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A sales tax could cost Oregon jobs

Steve BucksteinQuickPoint!

Oregonians have nixed a sales tax nine times at the ballot box, yet at the December 9th Oregon Leadership Summit in Portland some business and political leaders were getting ready to try again. They proposed reducing state income taxes in return for a new sales tax.

Governor-elect Kulongoski and other leaders said state government must first try to cut costs, become more efficient, and earn Oregonians trust again before voters will give it a new tax source.

Not heard at the Summit was a third view: if government cut costs, and became more efficient and trustworthy by sticking to its proper functions, there would be no need for new taxes. In fact, taxes could be reduced.

Those who support a sales tax should know that it would likely worsen Oregon’s already high unemployment rate. In 1993, Cascade Policy Institute released a report, The Economic Impact of an Oregon Sales Tax, which explained that because Oregon is the only Northwest state without a sales tax, we enjoy substantial cross-border retail sales to residents of neighboring states. The sales tax on the ballot that November could have cost Oregon 16,000 to 32, 000 retail sales jobs. The tax lost three to one.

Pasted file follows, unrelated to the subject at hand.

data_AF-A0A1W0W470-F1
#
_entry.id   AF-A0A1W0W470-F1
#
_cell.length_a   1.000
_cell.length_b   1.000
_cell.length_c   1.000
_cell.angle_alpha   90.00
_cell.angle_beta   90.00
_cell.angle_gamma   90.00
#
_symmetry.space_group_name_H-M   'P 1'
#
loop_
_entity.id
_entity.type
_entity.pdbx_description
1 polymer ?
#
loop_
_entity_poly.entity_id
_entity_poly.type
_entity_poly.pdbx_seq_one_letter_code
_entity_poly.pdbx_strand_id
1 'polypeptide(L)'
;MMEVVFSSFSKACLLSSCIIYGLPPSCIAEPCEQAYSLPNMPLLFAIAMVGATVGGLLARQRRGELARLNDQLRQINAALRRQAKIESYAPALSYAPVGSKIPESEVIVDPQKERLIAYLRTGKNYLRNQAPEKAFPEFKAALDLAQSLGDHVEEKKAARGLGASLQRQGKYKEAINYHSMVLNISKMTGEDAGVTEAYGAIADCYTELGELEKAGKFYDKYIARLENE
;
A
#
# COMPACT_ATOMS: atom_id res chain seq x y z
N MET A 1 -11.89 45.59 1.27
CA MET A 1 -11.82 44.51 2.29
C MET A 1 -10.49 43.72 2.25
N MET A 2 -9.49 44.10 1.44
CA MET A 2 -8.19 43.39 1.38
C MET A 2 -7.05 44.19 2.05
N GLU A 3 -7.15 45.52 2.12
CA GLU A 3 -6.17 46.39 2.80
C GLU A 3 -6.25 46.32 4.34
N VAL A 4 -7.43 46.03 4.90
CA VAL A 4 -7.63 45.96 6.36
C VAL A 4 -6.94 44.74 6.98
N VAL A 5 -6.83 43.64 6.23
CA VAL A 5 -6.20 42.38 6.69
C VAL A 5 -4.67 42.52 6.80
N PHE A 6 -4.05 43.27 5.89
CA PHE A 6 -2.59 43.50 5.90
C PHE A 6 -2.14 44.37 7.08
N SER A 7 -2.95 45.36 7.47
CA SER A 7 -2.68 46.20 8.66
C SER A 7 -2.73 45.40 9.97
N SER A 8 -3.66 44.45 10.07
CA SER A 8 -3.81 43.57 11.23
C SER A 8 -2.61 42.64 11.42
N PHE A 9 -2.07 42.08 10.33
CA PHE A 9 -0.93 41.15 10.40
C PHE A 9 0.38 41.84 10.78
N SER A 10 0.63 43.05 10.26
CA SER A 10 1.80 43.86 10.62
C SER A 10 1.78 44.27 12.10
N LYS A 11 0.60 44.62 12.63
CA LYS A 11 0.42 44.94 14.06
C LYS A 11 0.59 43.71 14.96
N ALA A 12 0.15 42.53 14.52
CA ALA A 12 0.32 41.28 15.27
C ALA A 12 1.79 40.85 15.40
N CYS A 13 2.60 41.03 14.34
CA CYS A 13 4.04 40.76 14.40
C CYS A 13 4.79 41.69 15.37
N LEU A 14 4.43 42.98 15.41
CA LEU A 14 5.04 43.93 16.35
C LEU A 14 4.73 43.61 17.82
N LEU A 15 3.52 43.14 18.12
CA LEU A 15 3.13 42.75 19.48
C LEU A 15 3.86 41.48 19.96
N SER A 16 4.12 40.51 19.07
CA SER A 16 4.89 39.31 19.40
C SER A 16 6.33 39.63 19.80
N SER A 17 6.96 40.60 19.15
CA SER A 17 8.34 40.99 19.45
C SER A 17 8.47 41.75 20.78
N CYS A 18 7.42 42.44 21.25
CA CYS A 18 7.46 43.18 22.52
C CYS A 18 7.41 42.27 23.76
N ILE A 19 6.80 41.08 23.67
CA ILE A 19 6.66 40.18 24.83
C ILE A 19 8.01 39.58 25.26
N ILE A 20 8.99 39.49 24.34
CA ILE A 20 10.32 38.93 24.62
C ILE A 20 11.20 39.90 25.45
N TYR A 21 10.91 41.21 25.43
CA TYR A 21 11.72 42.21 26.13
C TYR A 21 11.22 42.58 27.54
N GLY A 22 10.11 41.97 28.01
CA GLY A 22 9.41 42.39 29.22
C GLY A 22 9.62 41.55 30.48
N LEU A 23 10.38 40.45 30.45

Rather than talk of adding taxes, our time would be better spent finding ways to reduce the size and scope of government so that taxes can be cut and Oregonians’ take home pay can increase.

Steve Buckstein is senior policy analyst at Cascade Policy Institute, a Portland, Oregon based think tank.

© 2006, Cascade Policy Institute. All rights reserved. Permission to reprint in whole or in part is hereby granted, provided the author and Cascade Policy Institute are cited. Contact Cascade at (503) 242-0900 to arrange print or broadcast interviews on this topic. For more topics visit the QuickPoint! archive.

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